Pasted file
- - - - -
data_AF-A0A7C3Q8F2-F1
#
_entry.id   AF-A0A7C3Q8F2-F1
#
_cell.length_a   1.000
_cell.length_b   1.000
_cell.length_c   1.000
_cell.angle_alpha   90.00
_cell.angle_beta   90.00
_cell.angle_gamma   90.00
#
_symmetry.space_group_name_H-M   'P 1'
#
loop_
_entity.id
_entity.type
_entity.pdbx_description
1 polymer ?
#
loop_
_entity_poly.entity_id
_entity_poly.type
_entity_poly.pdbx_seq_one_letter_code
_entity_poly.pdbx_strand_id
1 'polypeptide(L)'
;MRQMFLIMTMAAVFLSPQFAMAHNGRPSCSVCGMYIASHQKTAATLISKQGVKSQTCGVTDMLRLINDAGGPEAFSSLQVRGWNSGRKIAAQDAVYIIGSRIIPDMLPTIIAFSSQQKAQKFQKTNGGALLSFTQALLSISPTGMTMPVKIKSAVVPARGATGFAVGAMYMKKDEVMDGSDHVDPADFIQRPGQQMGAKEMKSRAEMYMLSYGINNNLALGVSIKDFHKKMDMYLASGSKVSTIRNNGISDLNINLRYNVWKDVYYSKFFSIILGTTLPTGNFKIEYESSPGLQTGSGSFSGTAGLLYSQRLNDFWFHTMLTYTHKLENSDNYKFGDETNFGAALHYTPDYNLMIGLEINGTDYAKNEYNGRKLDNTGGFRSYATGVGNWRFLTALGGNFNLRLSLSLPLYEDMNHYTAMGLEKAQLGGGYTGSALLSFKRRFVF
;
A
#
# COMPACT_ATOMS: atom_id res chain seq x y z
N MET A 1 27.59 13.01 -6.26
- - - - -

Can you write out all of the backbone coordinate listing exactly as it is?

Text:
data_AF-A0A7C3Q8F2-F1
#
_entry.id   AF-A0A7C3Q8F2-F1
#
_cell.length_a   1.000
_cell.length_b   1.000
_cell.length_c   1.000
_cell.angle_alpha   90.00
_cell.angle_beta   90.00
_cell.angle_gamma   90.00
#
_symmetry.space_group_name_H-M   'P 1'
#
loop_
_entity.id
_entity.type
_entity.pdbx_description
1 polymer ?
#
loop_
_entity_poly.entity_id
_entity_poly.type
_entity_poly.pdbx_seq_one_letter_code
_entity_poly.pdbx_strand_id
1 'polypeptide(L)'
;MRQMFLIMTMAAVFLSPQFAMAHNGRPSCSVCGMYIASHQKTAATLISKQGVKSQTCGVTDMLRLINDAGGPEAFSSLQVRGWNSGRKIAAQDAVYIIGSRIIPDMLPTIIAFSSQQKAQKFQKTNGGALLSFTQALLSISPTGMTMPVKIKSAVVPARGATGFAVGAMYMKKDEVMDGSDHVDPADFIQRPGQQMGAKEMKSRAEMYMLSYGINNNLALGVSIKDFHKKMDMYLASGSKVSTIRNNGISDLNINLRYNVWKDVYYSKFFSIILGTTLPTGNFKIEYESSPGLQTGSGSFSGTAGLLYSQRLNDFWFHTMLTYTHKLENSDNYKFGDETNFGAALHYTPDYNLMIGLEINGTDYAKNEYNGRKLDNTGGFRSYATGVGNWRFLTALGGNFNLRLSLSLPLYEDMNHYTAMGLEKAQLGGGYTGSALLSFKRRFVF
;
A
#
# COMPACT_ATOMS: atom_id res chain seq x y z
N MET A 1 27.59 13.01 -6.26